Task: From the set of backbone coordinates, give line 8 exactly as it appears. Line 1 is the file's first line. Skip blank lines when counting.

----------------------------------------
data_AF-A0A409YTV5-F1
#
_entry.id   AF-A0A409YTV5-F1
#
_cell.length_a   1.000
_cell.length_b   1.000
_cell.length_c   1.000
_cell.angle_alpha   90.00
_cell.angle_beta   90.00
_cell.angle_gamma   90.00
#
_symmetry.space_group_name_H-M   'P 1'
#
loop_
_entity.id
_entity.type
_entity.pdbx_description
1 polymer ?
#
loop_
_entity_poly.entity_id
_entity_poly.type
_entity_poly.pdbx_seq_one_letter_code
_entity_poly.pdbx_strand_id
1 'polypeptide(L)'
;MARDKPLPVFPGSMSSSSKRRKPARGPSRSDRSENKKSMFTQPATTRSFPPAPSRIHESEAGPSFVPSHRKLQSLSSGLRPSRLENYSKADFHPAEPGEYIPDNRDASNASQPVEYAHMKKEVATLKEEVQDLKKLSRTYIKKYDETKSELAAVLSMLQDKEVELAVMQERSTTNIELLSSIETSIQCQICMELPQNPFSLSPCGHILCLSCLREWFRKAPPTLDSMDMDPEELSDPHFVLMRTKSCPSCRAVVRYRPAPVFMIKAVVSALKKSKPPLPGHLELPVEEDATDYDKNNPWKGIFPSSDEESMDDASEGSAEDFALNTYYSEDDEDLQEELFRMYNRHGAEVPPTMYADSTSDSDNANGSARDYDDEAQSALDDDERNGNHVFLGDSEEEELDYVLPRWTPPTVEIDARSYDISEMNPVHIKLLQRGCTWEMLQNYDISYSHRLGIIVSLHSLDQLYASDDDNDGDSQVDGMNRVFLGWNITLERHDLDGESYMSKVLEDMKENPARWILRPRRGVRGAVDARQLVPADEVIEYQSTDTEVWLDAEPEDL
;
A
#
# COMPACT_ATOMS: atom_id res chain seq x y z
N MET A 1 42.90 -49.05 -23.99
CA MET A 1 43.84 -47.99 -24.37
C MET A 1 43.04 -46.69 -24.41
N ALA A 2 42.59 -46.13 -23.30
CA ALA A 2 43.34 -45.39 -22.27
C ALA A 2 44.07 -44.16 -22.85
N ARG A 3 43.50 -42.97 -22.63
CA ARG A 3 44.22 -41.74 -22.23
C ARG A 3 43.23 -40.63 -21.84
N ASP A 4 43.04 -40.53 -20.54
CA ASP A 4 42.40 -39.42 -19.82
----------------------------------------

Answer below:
_cell.angle_alpha   90.00